Gov. Kathy Hochul, a Democrat, announced that New York state’s Excelsior Pass Scanner app—a smartphone program that allows businesses that have opted-in to verify a person’s vaccination against COVID-19—has been updated.
“New York was hit hard by COVID-19, and we have led bold efforts to pursue innovative solutions to reinvigorate economies,” Hochul, who took office after former Gov. Andrew Cuomo stepped down, said in a statement on Oct. 5. “We’re expanding this solution even further with a set of standards that can be used and validated by all businesses for free, nationwide, based on shared policies and commitments New Yorkers trust.”
New York businesses participating in the Excelsior Pass program now can verify vaccination and negative COVID-19 tests for individuals who have obtained SMART Health Cards in places such as California, Hawaii, Louisiana, and Virginia. Washington state will soon set up a SMART card program.
A Microsoft executive, Lila Tretikov, praised the move in a statement issued by the New York state government, saying that it’s a “great example of what’s possible when public, private, and community organizations work together.”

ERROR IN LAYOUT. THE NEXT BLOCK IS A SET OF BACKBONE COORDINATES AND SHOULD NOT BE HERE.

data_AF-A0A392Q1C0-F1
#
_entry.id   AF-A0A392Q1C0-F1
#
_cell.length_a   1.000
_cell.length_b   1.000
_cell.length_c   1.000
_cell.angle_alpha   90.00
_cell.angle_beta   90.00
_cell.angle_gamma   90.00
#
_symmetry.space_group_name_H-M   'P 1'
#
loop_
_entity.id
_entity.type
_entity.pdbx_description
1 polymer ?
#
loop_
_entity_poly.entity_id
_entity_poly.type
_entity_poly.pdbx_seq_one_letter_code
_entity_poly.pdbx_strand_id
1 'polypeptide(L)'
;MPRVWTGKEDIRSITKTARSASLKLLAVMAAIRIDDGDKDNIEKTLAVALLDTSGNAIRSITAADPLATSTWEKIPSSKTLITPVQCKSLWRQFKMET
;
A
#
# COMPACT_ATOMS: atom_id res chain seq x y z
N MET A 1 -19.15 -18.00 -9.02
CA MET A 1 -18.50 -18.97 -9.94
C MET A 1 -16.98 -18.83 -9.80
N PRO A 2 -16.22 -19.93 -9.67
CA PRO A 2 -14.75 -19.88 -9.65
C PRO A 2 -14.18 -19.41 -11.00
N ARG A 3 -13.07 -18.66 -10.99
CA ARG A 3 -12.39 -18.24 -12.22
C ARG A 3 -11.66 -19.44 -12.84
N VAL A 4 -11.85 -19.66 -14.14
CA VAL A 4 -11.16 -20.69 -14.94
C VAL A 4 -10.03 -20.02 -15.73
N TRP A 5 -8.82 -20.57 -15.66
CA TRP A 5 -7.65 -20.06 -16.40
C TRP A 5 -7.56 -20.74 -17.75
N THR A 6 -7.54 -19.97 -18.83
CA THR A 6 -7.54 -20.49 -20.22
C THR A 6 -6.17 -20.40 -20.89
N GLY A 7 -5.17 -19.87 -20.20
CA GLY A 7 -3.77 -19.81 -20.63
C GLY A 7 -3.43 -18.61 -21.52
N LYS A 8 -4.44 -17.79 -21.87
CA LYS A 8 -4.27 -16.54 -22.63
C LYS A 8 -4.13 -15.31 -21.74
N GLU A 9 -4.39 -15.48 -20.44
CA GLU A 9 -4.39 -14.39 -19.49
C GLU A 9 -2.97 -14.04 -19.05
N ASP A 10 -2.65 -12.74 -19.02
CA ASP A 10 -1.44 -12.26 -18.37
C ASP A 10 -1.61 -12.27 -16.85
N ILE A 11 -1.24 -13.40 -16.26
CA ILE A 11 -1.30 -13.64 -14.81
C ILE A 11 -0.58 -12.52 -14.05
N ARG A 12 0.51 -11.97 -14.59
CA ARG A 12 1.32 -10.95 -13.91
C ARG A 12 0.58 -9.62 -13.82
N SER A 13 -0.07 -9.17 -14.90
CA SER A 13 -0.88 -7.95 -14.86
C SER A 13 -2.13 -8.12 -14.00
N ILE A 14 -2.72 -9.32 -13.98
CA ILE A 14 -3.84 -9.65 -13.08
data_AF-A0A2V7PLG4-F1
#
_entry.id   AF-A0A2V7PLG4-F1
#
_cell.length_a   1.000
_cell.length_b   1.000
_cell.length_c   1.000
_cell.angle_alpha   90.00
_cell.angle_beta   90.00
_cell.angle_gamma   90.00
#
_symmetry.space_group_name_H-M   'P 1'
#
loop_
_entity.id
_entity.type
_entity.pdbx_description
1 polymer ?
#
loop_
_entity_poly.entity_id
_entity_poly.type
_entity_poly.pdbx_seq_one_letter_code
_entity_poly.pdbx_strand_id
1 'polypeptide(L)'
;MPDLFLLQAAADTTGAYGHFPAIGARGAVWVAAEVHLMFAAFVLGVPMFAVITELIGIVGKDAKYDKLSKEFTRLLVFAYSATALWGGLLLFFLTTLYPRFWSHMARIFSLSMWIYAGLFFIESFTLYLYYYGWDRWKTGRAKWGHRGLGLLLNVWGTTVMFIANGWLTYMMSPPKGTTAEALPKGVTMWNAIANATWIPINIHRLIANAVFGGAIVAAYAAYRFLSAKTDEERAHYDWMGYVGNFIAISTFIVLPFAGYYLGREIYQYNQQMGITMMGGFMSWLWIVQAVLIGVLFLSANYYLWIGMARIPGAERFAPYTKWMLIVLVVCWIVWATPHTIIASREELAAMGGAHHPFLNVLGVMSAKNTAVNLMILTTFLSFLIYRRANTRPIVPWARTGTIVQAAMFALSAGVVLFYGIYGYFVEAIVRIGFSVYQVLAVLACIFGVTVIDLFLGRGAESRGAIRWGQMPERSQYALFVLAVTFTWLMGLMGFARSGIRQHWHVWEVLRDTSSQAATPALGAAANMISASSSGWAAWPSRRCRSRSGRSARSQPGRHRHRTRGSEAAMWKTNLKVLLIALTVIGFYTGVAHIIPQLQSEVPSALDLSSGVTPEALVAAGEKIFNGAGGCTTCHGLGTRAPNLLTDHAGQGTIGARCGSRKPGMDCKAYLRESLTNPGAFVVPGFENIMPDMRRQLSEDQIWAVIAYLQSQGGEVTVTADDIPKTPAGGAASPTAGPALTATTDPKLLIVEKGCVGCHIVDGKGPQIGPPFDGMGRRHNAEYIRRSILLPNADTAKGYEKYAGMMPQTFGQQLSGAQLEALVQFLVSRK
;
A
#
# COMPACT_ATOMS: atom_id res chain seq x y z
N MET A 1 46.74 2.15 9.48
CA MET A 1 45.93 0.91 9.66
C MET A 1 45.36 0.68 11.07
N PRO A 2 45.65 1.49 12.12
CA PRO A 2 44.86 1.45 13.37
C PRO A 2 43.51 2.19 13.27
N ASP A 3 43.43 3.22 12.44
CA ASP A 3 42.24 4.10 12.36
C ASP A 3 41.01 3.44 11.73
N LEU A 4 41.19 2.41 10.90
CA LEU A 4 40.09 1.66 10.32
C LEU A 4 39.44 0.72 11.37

Officials have said that about 5.6 million Excelsior Passes and 800,000 Excelsior Passes Plus have been issued by New York state, which has about 20 million residents.
However, vaccine passport systems—namely digital versions—have been flagged as being an invasion of privacy by some civil liberties groups, while some critics have noted that centralized systems that hold individuals’ vaccination or health data are fraught with security problems.
In late August, the Electronic Frontier Foundation (EFF) warned that regarding vaccine passport systems, governments and private entities “cannot let the tools used to fight for public health be subverted into systems to perpetuate inequity or as cover for unrelated, unnecessary data collection.”
The group specifically cited New York state’s Excelsior Pass as a system that contains several serious problems.
Later, a third-party organization found a “contract that New York State had with IBM, outlining a ‘phase 2′ of the passport,” said EFF. “It would have not only a significantly higher price tag ($2.5 million to $27 million), but an expansion on what Excelsior can hold, such as driver’s licenses and other health records.” The Epoch Times has contacted IBM and New York state for comment.
Furthermore, the New York state Senate never took up a House-passed measure that would protect users’ COVID-19 data earlier this year, according to the privacy group. The bill should have been approved before the Excelsior Pass was implemented, EFF argued.